Both the cup and the chair were left untouched in honour of Elijah. My father would tell us that according to tradition, Elijah will arrive one day as an unknown guest to herald the advent of the Messiah. As believers we know that the Messiah has come already and will return.
In our outreach to Jewish people we use apologetics and show how Christ is revealed in the various Jewish festivals
Symbols of Suffering
On the Passover table there was the karpas (parsley) that is dipped into salt water and the matzah. The leader of the Seder takes the matzah and breaks it into three pieces, the middle piece is broken and half is wrapped in a linen cloth for the afikomen (a piece broken off from the matzah). Traditionally, being the younger son I would ask four questions:
- Why is this night different from all other nights? On all other nights we eat either bread or matzah; on this night, why only matzah?
- On all other nights we eat herbs or vegetables of any kind; on this night why bitter herbs?
- On all other nights we do not dip even once; on this night why do we dip twice?
- On all other nights we eat our meals in any manner; on this night why do we sit around the table together in a reclining position?
The rest of my family at the Seder would answer: ‘We were slaves to Pharaoh in Egypt, and God brought us out with a strong hand and an outstretched arm. And if God had not brought our ancestors out of Egypt, we and our children and our children’s children would still be subjugated to Pharaoh in Egypt. On all other nights we may eat either sitting or reclining, but on this night, we all recline.’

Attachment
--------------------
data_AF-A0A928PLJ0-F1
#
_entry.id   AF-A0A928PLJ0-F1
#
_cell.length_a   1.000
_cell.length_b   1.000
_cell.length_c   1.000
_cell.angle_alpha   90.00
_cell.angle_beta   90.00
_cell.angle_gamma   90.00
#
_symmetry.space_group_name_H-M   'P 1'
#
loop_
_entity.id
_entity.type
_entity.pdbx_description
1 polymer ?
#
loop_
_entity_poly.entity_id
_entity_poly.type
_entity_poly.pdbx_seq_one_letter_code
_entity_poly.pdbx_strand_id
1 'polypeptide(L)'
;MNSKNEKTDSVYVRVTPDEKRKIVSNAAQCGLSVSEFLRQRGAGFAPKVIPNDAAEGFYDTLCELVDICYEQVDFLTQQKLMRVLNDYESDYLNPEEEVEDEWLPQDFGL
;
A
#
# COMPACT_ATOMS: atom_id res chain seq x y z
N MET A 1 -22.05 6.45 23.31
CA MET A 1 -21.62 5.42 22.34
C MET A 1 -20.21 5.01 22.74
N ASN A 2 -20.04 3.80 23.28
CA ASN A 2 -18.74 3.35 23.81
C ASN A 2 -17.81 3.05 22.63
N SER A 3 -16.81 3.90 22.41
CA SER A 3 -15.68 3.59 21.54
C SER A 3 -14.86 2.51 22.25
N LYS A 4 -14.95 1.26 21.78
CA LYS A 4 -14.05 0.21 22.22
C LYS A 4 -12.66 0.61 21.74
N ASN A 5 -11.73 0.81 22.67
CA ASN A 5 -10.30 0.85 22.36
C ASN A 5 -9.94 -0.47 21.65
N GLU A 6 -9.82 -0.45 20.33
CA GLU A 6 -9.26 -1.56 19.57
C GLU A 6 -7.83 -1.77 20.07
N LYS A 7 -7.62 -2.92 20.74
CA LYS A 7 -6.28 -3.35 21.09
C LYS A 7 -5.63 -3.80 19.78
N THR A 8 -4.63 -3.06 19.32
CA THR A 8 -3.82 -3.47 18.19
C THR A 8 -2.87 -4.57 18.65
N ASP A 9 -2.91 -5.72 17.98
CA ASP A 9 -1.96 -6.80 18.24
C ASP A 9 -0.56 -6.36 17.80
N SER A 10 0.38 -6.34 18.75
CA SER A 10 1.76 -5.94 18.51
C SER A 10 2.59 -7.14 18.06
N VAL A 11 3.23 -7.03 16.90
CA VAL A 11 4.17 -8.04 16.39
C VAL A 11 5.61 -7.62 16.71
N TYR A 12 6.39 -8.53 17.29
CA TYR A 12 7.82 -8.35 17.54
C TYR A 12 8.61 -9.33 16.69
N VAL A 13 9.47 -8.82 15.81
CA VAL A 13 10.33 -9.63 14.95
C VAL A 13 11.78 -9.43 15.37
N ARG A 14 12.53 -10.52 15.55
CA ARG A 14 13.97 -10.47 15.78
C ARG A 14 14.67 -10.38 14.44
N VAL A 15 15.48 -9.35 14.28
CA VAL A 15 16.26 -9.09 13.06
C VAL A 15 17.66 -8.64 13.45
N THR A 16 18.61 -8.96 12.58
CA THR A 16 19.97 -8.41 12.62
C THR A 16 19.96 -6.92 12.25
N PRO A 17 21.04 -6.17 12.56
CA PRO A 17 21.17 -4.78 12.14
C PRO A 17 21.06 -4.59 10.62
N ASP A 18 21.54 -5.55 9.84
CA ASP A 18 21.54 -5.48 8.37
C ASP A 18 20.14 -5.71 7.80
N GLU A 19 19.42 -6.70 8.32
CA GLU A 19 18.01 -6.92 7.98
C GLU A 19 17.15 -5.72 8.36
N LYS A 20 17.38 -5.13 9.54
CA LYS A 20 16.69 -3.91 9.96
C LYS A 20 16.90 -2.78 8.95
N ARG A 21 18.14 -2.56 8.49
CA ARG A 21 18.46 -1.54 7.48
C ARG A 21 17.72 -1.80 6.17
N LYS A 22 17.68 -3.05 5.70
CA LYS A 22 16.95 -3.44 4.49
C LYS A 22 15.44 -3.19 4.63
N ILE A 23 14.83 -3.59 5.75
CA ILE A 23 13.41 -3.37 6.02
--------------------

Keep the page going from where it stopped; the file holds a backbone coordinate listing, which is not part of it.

My father then proceeded to recite the blessing of the maror (bitter herbs). The bitter herbs speak of sorrow, the persecution and the suffering of the people under the hand of Pharaoh. On our Seder table we also had the Paschal Lamb shank bone, horseradish and the charosets.1 The Paschal Lamb shank bone represents the lamb that our forefathers ate during the temple times – ‘Does not the Scripture say: He was oppressed and afflicted, yet He did not open his mouth; He was led like a lamb to the slaughter, and as a sheep before its shearers is silent, so He did not open His mouth’ (Isa 53:7). Horseradish brings tears to the eyes in remembrance of the tears that the Israelites suffered under Pharaoh and the charosets, which is made up of raisins, cinnamon, apple and honey, represent the mortar used to make bricks under harsh conditions. My father would break olive-sized pieces of the herbs. I remember how excited we were as children when we were told to search for the afikomen. My father would redeem it by giving the child who found it a coin or a gift.